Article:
A Winning Strategy for Harnessing EHR Data for Cardiovascular Research

Blog Posts  |  20 February 2024

Written by: Rachana Kolluru, Product Manager, Veradigm Solutions Management and Cheryl Reifsnyder, PhD

Globally, cardiovascular death is the leading cause of death, taking the lives of 18 million people each year.1 The global cardiovascular drug market size is around $55.32 B in 2022 and is projected to reach $78.791 B in 2030.2 Patients with a history of cardiovascular disease (CVD) experience various physical and emotional symptoms that limit their physical and social activities, leading to poor quality of life. Hospitalization and mortality rates are also high among CVD patients.

There have been more than 500 clinical trials studying CVD since 2018.3 However, there have also been increasing concerns about the current state of cardiovascular clinical research, concerns such as:

  • Increasing difficulty recruiting patients for clinical trials
  • Data collection will be excessively burdensome and intrusive
  • Whether results obtained in such trials can be generalized to clinical practice

These factors, plus increasing research costs, have undoubtedly contributed to recent declines in investment in cardiovascular research.

Many are hopeful that electronic health records (EHRs) will help counter some of these concerns by providing data—data already being collected—for use in clinical research. This blog examines the benefits and challenges of using EHR data for clinical research and explores how the Veradigm Therapy Focused Solutions product addresses many of these potential challenges.

Potential benefits of using EHR data for clinical research

The widespread adoption of EHRs has transformed the healthcare landscape in recent years—and, in the process, EHRs have come to offer an ever-increasing wealth of data for research and analysis.

EHR data has numerous potential research applications. Its simplest and generally accepted use is to help researchers with tasks such as assessing study feasibility, facilitating patient recruitment, and streamlining data collection. For instance, EHRs can facilitate pre-screening patients according to designated eligibility criteria such as age, gender, and/or diagnosis.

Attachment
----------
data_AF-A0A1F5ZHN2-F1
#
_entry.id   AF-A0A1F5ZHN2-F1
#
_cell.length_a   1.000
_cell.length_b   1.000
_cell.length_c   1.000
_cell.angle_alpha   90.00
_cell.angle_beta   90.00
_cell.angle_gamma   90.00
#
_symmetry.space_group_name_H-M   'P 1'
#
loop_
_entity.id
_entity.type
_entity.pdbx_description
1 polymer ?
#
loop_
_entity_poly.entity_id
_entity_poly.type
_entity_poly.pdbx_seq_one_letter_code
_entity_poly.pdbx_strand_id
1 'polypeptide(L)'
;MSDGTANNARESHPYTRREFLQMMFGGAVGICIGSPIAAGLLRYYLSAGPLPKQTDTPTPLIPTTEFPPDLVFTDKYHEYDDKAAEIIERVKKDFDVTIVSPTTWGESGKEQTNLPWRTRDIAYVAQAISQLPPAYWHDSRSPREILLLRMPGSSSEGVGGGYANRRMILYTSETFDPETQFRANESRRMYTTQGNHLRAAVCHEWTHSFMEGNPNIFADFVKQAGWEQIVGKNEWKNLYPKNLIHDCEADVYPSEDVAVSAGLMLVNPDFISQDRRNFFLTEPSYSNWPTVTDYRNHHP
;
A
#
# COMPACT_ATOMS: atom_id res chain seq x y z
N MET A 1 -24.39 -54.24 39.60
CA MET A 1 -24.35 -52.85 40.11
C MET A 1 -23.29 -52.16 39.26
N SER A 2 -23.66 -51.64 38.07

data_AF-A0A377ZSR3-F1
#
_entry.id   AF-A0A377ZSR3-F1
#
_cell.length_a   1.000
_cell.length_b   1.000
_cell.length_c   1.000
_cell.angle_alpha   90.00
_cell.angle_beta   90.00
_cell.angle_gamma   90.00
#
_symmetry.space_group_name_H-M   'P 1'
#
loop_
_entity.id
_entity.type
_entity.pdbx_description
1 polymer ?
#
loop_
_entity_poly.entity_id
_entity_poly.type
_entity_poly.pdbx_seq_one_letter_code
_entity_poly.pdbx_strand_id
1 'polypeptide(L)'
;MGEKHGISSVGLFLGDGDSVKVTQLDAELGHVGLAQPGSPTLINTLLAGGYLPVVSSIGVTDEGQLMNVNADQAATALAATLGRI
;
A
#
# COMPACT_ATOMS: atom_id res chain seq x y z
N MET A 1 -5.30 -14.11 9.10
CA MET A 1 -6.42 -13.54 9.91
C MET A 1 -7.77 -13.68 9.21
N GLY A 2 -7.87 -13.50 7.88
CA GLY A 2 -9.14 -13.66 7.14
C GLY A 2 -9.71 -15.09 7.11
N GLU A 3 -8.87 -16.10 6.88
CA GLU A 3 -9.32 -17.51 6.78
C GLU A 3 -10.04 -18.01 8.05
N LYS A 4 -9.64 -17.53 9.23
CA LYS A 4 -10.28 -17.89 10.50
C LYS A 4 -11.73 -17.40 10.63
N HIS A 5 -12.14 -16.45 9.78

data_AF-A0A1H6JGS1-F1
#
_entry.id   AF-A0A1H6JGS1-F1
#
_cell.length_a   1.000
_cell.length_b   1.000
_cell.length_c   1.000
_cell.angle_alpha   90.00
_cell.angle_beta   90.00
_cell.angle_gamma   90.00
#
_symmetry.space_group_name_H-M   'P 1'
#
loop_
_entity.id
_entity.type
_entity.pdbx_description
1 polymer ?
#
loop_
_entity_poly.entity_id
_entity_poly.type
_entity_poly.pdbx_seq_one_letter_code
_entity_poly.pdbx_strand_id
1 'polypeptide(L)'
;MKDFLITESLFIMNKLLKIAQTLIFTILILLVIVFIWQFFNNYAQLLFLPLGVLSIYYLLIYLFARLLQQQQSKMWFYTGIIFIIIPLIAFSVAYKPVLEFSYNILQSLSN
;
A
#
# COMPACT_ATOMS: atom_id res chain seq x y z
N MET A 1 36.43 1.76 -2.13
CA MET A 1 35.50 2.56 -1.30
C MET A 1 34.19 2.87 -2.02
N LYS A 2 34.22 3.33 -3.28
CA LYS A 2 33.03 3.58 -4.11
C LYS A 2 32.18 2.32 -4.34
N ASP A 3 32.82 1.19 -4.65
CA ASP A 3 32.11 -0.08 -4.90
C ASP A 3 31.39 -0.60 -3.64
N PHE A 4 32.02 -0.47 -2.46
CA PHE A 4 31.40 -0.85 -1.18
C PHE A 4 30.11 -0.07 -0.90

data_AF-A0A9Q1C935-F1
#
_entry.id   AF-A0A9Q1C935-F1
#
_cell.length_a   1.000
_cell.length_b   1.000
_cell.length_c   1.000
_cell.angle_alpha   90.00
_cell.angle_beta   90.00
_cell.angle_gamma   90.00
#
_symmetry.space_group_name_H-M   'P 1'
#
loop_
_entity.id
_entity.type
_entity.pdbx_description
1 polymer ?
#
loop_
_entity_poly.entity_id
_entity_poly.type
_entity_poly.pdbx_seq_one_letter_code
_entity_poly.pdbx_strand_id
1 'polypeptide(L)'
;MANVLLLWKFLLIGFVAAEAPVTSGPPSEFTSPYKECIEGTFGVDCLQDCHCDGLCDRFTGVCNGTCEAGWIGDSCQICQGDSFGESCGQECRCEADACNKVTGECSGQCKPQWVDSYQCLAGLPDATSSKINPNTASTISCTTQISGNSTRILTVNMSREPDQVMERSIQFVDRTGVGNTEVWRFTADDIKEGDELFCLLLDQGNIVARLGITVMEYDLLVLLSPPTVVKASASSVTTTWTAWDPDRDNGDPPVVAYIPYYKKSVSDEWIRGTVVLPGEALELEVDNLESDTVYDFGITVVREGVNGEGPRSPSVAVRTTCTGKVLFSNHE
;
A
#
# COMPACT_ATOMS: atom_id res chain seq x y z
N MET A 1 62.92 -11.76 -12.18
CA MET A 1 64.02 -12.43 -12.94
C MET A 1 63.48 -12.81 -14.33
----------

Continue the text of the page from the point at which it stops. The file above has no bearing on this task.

The second and more complex use of EHR data is when researchers take information previously collected in routine clinical care and reuse that information as source data for research. For instance, modern EHR systems support a broad range of epidemiological research, enabling researchers to evaluate topics such as the natural history of a disease or drug safety and utilization using data already collected.

In fact, EHR data is already being used for research purposes. Analysis of EHR data is an increasingly common approach for studying real-world patient data—for instance, EHR data is used to survey population health, develop prediction models for clinical decision support, and elucidate optimal treatment policies. EHR data has also been used to support observational studies, either using standalone data or by linking to external data sets. In the U.S., the FDA has used EHR data to support post-marketing safety investigations; in Europe, EHR data is used to conduct post-marketing risk assessments.

The use of routinely collected EHR data for research has numerous potential benefits.

Reduced cost

Traditional randomized controlled trials (RCTs) are often costly, but using EHR data that has already been captured can significantly reduce administrative costs. One driver of expense in clinical trials is frequently the administrative burden associated with data collection. However, a review of trials utilizing EHR data has found a trend of substantial cost savings in such trials due to the use of fully automated EHR-driven data.